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Agricultural News

OSU's Seth Byrd Expects Oklahoma Producers to Plant Around 500,000 Acres to Cotton This Spring

Tue, 30 Mar 2021 03:50:19 CDT

OSU's Seth Byrd Expects Oklahoma Producers to Plant Around 500,000 Acres to Cotton This Spring Oklahoma cotton producers are gearing up for the 2021 growing season as many expect to begin planting in early May.

Seth Byrd, OSU Extension Cotton Specialist and 2021 Cotton Specialist of the Year, was recently interviewed by Radio Oklahoma Agriculture Network Associate Farm Director and Editor KC Sheperd.

As he reviews the situation going into the spring Byrd said there is some uncertainty regarding how many acres will be planted in cotton country but doesn’t expect much change for Oklahoma.

I think we’re going to be close to where we thought at around 500,000 acres, Byrd said.

The general trend for most cotton states is down, but Oklahoma is not going to be down as much as other states, he said.

Other states have more options to plant something else than we do in Oklahoma, he said.

My gut feeling is if we saw a big change in acres between now and May it would have to be a big price spike and some other factor, Byrd said.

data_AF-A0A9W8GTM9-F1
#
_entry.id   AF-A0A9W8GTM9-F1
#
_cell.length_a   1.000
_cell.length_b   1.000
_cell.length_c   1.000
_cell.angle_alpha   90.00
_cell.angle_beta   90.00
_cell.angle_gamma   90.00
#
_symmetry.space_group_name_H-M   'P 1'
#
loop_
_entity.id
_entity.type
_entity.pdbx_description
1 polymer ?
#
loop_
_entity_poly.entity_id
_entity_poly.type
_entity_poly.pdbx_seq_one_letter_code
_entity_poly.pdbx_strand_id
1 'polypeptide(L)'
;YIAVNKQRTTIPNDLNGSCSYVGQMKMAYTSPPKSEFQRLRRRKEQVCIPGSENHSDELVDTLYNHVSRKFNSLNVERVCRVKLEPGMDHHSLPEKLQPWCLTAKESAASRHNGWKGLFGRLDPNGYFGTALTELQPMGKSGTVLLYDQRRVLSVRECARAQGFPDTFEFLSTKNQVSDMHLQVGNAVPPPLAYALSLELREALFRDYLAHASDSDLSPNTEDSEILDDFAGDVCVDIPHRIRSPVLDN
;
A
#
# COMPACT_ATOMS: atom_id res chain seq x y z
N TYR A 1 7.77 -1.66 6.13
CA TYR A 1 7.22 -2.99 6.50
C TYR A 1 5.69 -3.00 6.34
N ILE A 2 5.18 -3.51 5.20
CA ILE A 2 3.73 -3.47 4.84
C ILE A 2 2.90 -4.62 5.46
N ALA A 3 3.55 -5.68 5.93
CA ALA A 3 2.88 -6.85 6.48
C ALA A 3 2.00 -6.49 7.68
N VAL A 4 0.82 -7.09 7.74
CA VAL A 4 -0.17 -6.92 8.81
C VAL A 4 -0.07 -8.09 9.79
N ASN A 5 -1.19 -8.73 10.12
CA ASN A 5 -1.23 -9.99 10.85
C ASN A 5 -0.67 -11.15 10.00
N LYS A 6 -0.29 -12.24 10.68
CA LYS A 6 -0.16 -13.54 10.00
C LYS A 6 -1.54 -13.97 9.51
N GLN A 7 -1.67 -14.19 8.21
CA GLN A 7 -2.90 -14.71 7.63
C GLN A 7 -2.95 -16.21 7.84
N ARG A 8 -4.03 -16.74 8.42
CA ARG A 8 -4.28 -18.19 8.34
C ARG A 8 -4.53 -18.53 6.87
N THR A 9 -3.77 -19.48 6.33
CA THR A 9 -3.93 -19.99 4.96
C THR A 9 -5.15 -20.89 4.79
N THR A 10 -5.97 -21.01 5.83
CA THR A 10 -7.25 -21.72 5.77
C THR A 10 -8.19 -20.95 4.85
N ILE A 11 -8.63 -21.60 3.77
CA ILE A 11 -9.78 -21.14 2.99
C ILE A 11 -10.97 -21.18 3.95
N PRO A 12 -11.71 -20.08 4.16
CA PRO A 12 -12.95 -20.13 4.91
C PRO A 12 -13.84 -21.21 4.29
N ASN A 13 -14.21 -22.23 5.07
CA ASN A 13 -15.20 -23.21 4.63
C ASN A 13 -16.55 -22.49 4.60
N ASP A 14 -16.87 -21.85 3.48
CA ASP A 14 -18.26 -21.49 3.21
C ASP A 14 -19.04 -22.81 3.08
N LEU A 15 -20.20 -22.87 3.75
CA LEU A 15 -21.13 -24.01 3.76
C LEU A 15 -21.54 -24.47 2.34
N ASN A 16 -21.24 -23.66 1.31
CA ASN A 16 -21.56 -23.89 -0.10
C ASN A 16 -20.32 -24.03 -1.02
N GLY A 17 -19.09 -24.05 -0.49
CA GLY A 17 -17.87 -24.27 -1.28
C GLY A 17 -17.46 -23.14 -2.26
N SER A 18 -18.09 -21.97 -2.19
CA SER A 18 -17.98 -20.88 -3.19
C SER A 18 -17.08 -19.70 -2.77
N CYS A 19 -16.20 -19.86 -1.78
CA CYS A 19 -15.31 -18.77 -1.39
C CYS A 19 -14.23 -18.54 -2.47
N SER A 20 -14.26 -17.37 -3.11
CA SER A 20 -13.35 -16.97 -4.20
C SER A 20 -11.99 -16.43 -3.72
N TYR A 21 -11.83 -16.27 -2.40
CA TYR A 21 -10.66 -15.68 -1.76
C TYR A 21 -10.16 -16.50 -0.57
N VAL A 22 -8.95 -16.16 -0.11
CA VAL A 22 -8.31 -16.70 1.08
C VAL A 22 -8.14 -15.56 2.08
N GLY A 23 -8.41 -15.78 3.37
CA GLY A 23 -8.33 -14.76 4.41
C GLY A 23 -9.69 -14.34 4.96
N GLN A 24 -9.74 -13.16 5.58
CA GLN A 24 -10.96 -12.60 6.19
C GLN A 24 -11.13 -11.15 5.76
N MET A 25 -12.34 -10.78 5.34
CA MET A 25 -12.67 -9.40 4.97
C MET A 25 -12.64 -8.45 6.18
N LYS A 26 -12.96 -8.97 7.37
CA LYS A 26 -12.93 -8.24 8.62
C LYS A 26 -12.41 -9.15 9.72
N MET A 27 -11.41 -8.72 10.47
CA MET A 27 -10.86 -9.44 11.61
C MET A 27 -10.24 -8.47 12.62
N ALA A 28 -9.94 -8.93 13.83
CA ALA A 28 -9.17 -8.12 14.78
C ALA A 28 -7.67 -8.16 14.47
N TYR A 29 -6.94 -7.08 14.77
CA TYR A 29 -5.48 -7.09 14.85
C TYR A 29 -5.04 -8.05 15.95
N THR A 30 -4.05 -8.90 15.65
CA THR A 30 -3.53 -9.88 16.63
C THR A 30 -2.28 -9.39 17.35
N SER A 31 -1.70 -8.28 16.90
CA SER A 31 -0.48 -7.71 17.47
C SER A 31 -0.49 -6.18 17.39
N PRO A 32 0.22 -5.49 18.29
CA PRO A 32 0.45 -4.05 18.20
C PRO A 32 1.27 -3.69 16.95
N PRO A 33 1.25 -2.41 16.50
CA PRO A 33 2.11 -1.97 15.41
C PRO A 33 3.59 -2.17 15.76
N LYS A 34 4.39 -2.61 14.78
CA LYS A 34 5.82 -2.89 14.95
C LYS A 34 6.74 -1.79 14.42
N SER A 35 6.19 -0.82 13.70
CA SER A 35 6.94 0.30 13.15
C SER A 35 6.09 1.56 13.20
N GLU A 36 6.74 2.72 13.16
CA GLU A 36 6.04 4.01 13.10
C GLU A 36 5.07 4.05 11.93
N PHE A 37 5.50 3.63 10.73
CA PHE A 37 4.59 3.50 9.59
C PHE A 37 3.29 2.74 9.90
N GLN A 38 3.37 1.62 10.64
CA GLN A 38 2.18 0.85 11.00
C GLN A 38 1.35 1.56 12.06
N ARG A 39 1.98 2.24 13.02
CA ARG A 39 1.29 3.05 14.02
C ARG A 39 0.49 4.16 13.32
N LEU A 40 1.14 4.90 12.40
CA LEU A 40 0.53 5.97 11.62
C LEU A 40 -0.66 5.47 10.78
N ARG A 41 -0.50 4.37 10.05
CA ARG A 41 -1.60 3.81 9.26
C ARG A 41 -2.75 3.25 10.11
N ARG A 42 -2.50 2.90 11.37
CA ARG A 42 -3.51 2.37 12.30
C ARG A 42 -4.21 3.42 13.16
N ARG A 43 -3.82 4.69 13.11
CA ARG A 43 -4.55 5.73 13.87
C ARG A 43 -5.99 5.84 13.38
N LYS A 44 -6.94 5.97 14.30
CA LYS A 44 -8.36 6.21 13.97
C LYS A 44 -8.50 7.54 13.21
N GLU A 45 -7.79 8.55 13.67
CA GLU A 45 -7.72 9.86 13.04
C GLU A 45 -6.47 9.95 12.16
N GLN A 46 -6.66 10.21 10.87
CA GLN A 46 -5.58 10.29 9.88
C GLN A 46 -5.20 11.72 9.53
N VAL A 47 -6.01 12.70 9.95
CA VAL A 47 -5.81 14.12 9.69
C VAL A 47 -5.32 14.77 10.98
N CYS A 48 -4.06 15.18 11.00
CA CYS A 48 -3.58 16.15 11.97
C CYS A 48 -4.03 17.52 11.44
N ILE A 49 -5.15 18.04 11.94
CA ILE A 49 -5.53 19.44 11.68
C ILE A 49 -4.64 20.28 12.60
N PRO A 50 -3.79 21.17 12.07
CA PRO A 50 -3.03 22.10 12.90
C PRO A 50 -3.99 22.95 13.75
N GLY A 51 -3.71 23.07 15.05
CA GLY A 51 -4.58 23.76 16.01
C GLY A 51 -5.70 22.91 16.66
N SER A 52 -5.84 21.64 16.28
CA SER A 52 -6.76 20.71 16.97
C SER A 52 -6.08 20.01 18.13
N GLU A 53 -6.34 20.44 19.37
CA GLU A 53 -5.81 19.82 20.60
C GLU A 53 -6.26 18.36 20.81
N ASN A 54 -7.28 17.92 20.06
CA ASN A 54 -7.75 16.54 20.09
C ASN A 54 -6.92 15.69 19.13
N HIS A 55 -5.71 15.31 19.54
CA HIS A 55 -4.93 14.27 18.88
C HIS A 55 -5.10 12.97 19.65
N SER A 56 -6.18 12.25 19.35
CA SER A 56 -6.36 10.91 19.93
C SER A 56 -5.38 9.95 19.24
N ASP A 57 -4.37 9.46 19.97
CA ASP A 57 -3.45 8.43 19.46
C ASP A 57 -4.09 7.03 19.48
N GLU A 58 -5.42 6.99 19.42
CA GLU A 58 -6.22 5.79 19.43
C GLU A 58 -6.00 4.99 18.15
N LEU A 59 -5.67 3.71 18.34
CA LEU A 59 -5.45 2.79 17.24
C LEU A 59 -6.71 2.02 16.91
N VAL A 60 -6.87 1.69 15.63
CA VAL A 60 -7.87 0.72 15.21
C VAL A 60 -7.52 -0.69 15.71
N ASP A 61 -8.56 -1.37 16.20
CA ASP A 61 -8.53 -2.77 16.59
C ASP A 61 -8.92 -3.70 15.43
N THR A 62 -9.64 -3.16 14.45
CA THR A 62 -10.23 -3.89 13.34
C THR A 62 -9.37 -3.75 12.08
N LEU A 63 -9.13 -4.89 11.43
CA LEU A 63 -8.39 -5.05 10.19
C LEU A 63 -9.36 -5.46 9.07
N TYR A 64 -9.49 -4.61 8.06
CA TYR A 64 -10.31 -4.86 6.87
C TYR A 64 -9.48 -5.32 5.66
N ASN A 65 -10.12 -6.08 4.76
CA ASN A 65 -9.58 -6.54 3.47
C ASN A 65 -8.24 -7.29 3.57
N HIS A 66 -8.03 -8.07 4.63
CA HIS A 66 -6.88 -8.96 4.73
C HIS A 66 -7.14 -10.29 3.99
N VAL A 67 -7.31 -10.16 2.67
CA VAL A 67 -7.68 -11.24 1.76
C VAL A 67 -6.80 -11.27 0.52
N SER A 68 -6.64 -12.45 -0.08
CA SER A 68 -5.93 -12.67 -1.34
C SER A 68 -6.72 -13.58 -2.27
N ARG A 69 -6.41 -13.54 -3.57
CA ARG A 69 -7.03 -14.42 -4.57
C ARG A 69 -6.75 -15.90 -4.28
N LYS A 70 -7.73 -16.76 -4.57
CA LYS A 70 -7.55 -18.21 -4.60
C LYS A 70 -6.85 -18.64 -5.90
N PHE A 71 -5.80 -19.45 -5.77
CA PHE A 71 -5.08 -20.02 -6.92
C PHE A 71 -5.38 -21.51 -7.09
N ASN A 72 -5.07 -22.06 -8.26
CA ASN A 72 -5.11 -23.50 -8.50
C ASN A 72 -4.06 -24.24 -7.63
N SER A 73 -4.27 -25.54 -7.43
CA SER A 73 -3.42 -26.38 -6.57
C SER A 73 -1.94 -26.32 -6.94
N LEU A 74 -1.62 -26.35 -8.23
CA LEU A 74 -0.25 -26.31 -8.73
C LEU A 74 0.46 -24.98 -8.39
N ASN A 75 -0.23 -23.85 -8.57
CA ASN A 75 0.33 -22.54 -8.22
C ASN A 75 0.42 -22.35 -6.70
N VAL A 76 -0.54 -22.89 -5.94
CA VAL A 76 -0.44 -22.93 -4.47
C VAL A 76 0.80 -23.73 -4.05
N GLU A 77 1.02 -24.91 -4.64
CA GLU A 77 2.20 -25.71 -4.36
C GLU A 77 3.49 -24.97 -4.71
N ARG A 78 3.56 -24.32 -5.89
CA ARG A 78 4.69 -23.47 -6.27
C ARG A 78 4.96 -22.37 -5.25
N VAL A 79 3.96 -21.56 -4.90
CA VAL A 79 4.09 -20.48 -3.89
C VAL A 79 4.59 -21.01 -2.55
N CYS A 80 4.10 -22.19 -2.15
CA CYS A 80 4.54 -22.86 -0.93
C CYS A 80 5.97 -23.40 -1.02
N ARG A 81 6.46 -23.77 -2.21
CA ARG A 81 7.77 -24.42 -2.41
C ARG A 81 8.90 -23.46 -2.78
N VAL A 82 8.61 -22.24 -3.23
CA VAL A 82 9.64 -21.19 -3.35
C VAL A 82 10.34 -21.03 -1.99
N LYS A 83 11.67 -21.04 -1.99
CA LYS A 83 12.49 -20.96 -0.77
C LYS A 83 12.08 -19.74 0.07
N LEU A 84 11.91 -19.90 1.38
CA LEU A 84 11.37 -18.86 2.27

The OSU cotton specialist said producers are faced with some key planting decisions this year.

Producers hopefully have their variety selection complete, and we’ve encouraged producers to do their research on where the seed was grown, Byrd said.

You’re going to have several different sources where the seed was grown, Byrd said.

Other management factors now include having their herbicides down and having a game plan ready for the next step after planting, he said.

The seed variety will depend on where you live as the selection is a huge factor.

That is one decision that you can’t take back, he said.

Maturity is a big factor as you move north, Byrd said.

Dryland versus irrigated cotton land is also a factor.

You have to find that happy median in terms of varieties, he said.

The weather drives a lot of the performance, he added.

When you’re looking for variety data, look for trials in your area under management decisions similar to yours, Byrd said.

Cotton is a funny creature and there is a big difference in how the varieties respond to different conditions, he said.

There are a few rare varieties out there that are stable within a certain environment, he said.

Cotton is so unique, and producers are always optimistic as they often prepare for the worse, Byrd quipped.

We’re cautiously optimistic but realistic as we prepare for the year, Byrd said.

Cotton is a good crop for stubborn people, he said.

It’s a tough crop and it’s not always going to reward you every year but then you have a good year and you get hooked, Byrd said.

Most people in cotton country are modest because this crop will humble you, Byrd said.

The OSU expert adds cotton is a vital crop and important for our lives and economy.

It’s a great crop to work with, Byrd said.

Click on the listen bar below to hear more of KC’s interview with Seth Byrd.


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